Community Connections: Dotting our I’s for independence | SteamboatToday.com

Community Connections: Dotting our I’s for independence

Deirdre Pepin/For Steamboat Pilot & Today

Most of you know about Horizons Specialized Services because of the individuals we support. You see them working at restaurants or stores, volunteering at races, reading at the library or skiing on the slopes. They're your friends. In our community, people of all abilities make meaningful contributions.

What you don't see, though, is what it takes for Horizons to actually operate. To provide Medicaid-funded services, we must receive program approval from oversight agencies who survey us on a regular basis. These agencies rely on inspections as a barometer for the success of the people we support.

In the last year, our Supported Living Services and Children's Extensive Support programs were surveyed. Colorado Department of Public Health and Environment surveys these programs every three years. Unannounced surveys are conducted by a team who looks at our policies and procedures, health and safety plans, emergency preparedness and living situations. Surveys ensure our facilities are safe, accessible, and individualized and our services maximize independence by increasing real life skills. They assure we respect individuals' rights; connect people to the community; provide medical care in home environments; help people access therapy, adaptive equipment and assistive technology; and promote self-advocacy.

Surveyors acknowledged Horizons staff for understanding the people we support, the personalized quality of our homes, and the prevalent person-centered philosophy. Our emergency preparedness was commended for its connection to the city, hospital, fire department and county alert system — and this is a testament to our community's values and priorities.

Surveyors noticed first-rate results to our comprehensive consumer satisfaction survey. Most parents and guardians rated Horizons services as excellent and believe we're guiding their family member in the right direction. Parents cited how well direct support staff treat their family member, and they appreciate the community integration and amount of opportunities for authentic inclusion. Our satisfaction survey also indicates that people in our programs believe their case managers are knowledgeable about local resources and offer more choices because of their expertise.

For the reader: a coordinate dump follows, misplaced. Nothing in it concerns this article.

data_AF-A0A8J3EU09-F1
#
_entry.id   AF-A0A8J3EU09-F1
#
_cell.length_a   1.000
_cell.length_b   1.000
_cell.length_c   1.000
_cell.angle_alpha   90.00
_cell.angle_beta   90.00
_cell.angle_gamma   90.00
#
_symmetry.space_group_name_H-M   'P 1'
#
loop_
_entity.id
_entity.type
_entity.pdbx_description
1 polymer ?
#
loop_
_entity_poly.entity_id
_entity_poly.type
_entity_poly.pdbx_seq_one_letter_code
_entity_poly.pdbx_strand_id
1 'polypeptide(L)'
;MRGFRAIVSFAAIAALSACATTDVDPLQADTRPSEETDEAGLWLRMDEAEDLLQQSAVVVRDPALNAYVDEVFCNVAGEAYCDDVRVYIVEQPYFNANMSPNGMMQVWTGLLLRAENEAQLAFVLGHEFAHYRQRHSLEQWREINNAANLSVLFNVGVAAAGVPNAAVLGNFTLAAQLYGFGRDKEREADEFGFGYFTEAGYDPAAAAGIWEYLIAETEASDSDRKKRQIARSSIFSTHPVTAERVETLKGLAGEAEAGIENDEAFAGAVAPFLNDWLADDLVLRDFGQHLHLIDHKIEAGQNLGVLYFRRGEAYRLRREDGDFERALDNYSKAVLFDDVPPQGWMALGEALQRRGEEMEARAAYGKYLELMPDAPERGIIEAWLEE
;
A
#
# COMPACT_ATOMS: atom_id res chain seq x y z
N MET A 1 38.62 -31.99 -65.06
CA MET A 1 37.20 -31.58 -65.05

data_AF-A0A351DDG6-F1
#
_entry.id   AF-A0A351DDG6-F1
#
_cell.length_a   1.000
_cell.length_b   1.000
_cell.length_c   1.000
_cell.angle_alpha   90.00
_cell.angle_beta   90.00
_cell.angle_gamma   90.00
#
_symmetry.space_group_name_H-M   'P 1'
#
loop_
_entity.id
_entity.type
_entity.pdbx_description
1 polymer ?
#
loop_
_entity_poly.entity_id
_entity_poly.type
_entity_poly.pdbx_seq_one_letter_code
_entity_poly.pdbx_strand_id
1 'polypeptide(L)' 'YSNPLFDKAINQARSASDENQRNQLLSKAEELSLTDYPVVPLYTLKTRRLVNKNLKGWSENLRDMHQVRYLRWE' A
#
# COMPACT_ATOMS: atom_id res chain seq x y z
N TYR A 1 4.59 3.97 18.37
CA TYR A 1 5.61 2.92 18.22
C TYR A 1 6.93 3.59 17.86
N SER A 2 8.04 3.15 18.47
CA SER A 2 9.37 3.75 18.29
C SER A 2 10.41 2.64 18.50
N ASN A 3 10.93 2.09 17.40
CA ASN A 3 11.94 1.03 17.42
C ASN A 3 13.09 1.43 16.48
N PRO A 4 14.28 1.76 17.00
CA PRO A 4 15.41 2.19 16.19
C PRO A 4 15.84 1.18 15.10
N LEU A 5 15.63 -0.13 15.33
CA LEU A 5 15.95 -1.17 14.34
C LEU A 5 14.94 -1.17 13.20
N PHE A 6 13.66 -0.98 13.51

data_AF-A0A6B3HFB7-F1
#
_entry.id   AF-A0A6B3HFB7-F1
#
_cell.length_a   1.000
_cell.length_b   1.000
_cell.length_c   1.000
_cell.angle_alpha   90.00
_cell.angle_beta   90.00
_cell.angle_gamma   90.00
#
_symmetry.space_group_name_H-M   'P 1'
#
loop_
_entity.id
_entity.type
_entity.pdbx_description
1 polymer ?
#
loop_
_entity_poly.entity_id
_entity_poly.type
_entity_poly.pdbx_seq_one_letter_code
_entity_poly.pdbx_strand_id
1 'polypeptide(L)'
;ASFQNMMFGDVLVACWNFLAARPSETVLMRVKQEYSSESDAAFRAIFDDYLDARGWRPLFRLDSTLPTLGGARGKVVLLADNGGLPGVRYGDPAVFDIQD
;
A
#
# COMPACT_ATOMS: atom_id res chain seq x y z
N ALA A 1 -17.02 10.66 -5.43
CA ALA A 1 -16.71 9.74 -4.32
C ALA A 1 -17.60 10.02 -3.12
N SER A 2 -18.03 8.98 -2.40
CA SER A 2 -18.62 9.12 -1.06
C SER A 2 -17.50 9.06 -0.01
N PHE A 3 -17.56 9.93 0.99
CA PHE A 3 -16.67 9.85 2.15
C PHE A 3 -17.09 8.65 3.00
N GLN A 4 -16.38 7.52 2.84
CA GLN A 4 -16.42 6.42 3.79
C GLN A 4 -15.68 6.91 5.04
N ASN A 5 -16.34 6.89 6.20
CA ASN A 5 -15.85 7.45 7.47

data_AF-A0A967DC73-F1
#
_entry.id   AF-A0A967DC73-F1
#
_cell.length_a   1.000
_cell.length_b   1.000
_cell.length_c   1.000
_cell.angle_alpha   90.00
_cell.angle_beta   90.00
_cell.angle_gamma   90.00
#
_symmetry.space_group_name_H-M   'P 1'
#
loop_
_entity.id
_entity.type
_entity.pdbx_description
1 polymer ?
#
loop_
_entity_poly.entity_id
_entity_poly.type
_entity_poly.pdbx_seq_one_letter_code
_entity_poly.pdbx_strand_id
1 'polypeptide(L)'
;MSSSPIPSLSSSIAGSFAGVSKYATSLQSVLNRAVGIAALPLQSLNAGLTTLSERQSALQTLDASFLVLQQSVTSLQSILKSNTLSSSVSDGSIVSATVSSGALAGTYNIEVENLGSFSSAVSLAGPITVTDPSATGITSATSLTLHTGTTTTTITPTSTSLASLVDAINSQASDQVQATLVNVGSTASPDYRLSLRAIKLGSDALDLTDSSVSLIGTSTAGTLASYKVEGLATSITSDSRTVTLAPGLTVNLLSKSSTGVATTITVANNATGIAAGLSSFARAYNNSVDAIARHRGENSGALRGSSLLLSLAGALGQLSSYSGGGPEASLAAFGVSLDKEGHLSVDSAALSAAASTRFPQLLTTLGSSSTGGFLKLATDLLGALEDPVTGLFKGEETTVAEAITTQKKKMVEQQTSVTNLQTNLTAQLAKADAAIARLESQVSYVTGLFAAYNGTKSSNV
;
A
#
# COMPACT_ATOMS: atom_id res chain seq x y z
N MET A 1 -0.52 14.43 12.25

There is evaluation, too, for our Early Intervention program. The Office of Early Childhood in the Colorado Department of Human Services tracks the timeliness of our services on a quarterly basis and the quality of our Individual Family Support Plans on a monthly basis. Early Childhood's indicators assess our ability to meet the 45-day timeline from a child's referral to screening, evaluation, and writing of an IFSP; 28-day timeline to start services; and transition to preschool programs. Colorado set 90 percent as a target score, and Horizons scored 100 percent for all indicators.

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Compliance to state and federal regulations often takes a backseat to personal success stories, but Horizons needs program approval to exist. Meeting established criteria for operation allows us to get people out into the community to create meaningful relationships, get jobs, and determine their own, unique paths.

"All of this oversight leads to increased expectations and improvement," Adult Program Director Tatum Heath said. "Once we demonstrate that our paperwork is in compliance, we can focus on what matters most — providing quality, person-centered supports."

Horizons works in partnership with families and communities to expand opportunities for individuals with, or at risk of, developmental disabilities. Deirdre Pepin in the resource development and public relations coordinator for Horizons. For more information, call 970-879-4466 or visit Friends of Horizons on Facebook.

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